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"Putting on a headphone and listening to an MP3 is like hell," 62-year-old rock eccentric Neil Young has said, while praising the sonic qualities of old vinyl records. Now, taking a clue from the fix-it-yourself Web 2.0 kids, Young told the Financial Times that he's working on an alternative digital distribution platform that won't drive his ears nuts:

It has every media component you could want, and they're all married together in a platform. That means other artists could use it, other record companies could use it and gain the knowledge of our 15-year development curve.

If you doubt the man's seriousness about screwing around with technology, check out this live 1982 performance of the vocoder-driven "Sample and Hold." See? Those old analog vocoders beat the pants off T-Pain's digital auto-tuner. At the JavaOne conference, Young eagerly extolled the virtues of the entertainment industry's production standard of 96kHz, 24-bit digital audio.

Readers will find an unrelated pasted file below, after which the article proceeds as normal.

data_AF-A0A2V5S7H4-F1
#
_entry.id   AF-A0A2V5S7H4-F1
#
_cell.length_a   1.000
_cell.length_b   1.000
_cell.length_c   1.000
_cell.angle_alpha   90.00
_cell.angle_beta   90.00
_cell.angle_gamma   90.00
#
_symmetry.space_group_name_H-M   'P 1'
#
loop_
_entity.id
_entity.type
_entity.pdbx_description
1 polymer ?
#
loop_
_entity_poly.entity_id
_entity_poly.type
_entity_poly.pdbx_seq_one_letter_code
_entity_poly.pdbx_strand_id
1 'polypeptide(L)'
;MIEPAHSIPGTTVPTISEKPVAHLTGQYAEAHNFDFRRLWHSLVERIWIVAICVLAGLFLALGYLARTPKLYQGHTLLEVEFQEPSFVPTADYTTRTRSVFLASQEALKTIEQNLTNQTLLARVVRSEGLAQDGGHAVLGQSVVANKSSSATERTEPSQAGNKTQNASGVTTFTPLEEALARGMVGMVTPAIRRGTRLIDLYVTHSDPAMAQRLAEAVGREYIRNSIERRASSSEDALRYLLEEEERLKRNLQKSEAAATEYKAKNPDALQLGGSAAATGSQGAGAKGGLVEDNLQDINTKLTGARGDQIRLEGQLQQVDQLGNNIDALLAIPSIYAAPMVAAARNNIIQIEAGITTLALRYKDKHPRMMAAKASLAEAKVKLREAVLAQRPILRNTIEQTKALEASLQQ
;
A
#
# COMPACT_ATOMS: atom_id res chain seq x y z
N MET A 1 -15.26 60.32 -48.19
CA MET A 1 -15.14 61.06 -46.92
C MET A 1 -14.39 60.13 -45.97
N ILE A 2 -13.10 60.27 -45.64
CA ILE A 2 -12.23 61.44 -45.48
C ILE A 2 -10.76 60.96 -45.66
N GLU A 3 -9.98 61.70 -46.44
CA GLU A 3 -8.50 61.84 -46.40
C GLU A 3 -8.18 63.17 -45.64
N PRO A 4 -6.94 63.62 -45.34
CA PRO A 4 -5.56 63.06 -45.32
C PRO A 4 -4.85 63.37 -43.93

Why do golden-ear types like Young hate MP3s? The format results in lower dynamic range, lossy compression artifacts and is thin in the upper frequencies. Digital audio also produces harsh even-order harmonics and not the odd-order harmonics which add textural timbre to chords, and integrated circuit amplifiers have a high noise floor because of radio-frequency interference. Even young consumers prefer the sound of analog hi-fi systems like Jackson Pollock's. (Photo by Andrea Barsanti)